What if a 1 month supply of water cost $900-$1200? Could you survive? For how long? What if you could only receive water once per month, and the amount depended on how much water your doctor thought you needed. What if the doctor didn’t estimate your water needs correctly?

What if there were restrictions on how much water you could receive in a given month by the company that supplies the water? Let’s say you ran out of water too soon and became extremely thirsty, but when you try to get more, you’re turned away because the water you were given last month should have lasted you longer. You will have to wait until next week to get your water. But can you survive until then?

What if the company you get your water from decided to verify that you REALLY need that much water, like insurance companies do with prior authorizations. They will contact your doctor to submit extra paperwork and if the larger supply of water is approved, you will know within 2-3 days. What do you do until then?

Diabetes does not selectively affect individuals who can afford insulin and have health insurance; it affects people coming from all walks of life, regardless of socioeconomic status. It affects our children, our parents and grandparents, our brothers and sisters, our friends and coworkers. No one who is in urgent need of insulin should be turned away from the pharmacy without insulin or the diabetes supplies that they need.

4 Ways Diabetes Motivates Me

Life with diabetes can be inconvenient, unpredictable, and downright frustrating. But it’s not all bad. In fact, after living with it for more than 23 years now, I’ve actually identified a few different ways in which it helps motivate me.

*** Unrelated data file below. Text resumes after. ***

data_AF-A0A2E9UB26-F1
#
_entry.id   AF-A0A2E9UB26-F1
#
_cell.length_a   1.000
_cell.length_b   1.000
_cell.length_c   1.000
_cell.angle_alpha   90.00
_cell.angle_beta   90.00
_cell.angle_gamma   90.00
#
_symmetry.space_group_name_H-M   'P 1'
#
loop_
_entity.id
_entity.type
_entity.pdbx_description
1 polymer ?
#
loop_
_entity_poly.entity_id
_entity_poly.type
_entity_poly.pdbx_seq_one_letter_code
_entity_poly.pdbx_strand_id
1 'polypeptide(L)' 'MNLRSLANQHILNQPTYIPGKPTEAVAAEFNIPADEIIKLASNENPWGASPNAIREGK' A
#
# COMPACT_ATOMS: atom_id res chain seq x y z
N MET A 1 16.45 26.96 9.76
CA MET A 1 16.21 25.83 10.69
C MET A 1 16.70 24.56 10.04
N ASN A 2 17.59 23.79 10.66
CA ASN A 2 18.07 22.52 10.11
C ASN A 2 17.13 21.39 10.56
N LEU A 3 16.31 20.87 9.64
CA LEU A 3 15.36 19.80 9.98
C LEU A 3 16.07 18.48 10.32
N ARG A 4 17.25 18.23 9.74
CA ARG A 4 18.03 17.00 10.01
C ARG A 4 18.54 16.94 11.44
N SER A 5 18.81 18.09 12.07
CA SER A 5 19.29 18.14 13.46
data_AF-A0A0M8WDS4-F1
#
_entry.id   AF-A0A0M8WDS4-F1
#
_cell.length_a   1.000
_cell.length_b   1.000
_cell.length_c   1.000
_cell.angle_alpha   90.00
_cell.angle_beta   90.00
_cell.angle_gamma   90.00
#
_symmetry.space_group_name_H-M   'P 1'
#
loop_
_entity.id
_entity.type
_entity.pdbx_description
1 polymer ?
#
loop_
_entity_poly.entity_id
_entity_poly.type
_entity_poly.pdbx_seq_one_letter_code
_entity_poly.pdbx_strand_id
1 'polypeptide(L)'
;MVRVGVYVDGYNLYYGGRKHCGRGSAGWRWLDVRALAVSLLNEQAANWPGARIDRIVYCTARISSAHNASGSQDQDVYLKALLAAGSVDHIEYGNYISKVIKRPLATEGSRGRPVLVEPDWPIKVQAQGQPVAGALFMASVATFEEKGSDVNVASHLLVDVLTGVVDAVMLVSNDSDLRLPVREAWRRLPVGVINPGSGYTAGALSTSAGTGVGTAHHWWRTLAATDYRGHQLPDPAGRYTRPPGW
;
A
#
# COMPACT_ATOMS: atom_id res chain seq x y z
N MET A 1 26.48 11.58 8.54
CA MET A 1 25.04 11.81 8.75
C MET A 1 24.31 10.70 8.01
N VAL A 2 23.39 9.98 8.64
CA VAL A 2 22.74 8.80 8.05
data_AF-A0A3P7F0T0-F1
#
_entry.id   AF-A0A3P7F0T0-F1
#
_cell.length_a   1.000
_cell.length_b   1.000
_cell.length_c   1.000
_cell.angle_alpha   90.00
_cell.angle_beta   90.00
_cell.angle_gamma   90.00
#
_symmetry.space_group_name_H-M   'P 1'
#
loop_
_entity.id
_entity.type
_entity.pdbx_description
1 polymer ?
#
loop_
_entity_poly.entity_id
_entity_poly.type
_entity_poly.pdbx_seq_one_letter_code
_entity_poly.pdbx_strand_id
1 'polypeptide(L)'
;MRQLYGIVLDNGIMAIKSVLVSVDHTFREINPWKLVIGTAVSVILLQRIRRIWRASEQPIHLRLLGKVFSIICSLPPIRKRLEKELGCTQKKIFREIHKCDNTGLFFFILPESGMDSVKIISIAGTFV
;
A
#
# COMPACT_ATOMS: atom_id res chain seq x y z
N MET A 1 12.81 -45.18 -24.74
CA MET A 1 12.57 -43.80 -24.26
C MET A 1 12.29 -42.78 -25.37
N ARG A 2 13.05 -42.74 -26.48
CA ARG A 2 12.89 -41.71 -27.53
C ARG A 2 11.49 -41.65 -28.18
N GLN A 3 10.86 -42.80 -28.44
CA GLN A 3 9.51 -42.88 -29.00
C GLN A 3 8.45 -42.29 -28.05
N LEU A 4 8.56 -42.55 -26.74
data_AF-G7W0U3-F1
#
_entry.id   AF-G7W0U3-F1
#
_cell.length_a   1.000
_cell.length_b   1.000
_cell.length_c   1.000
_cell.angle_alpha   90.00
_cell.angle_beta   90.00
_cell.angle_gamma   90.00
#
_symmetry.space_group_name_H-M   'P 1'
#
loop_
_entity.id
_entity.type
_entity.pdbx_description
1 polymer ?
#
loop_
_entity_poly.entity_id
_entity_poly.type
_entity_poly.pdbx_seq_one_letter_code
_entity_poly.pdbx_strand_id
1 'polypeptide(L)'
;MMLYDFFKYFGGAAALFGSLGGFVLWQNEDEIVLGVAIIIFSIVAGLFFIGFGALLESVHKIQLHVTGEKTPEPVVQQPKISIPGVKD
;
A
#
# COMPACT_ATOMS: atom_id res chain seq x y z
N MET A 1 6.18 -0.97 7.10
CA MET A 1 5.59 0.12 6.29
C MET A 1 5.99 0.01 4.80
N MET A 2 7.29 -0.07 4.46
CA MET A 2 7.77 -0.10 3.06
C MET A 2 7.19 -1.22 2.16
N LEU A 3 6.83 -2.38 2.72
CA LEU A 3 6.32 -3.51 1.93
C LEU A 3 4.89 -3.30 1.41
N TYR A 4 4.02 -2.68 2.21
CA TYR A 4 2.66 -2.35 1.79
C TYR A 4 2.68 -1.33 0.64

And what, exactly, are those ways? Well…

#1: It’s constantly challenging me to strive for the better: Better “control” over my blood sugar levels, better management of my diet and exercise regimen, and better care of my entire body, in general. While it involves a lot of work, it’s extremely motivating because I know that anything I do for the better of my diabetes and my body now will pay dividends in the future.

#2: Diabetes encourages me to ask questions. I think that my diabetes is the reason why I’ve learned to be curious. It pushes me to want to know the who, what, when, where, why, and how of various scenarios, both relating to and not relating to diabetes. It’s natural for human beings to be inquisitive, but they don’t always do something to pursue answers to questions. My diabetes pushes me to do that, with varying degrees of success, and that’s something I’m grateful for.

After having diabetes for more than 23 years, I’ve realized that it can be highly motivating.

#3: It pushes me to prove people wrong. There’s so much stigma surrounding diabetes…”You can’t eat that! You can’t do this! You can’t do that!” are exclamations that I’ve heard my entire life from different people. Rather than nodding and smiling politely at these poor, misinformed individuals, I strive to show them exactly why they’re wrong. Whether it’s explaining the facts or going out and doing the very thing they said I wouldn’t be able to do because of diabetes, it’s empowering for me to smash down diabetes misconceptions.

#4: Diabetes inspires me to seek more out of life. This goes hand-in-hand with point number 3, but it counts as a separate notion because this is all about how I view my life with diabetes. I didn’t fully accept my diabetes until I was a teenager. That acceptance represented a turning point for me during which I realized that just because I was dealt this card in life, it doesn’t mean that it should stop me from accomplishing my hopes and dreams. Over the years, my diabetes has made me want more: opportunities, experiences, relationships…you name it and I’m hungry for it.

Sure, diabetes can be my biggest headache…but it can also be my greatest motivator, and I think it’s important for me to embrace the beauty of that.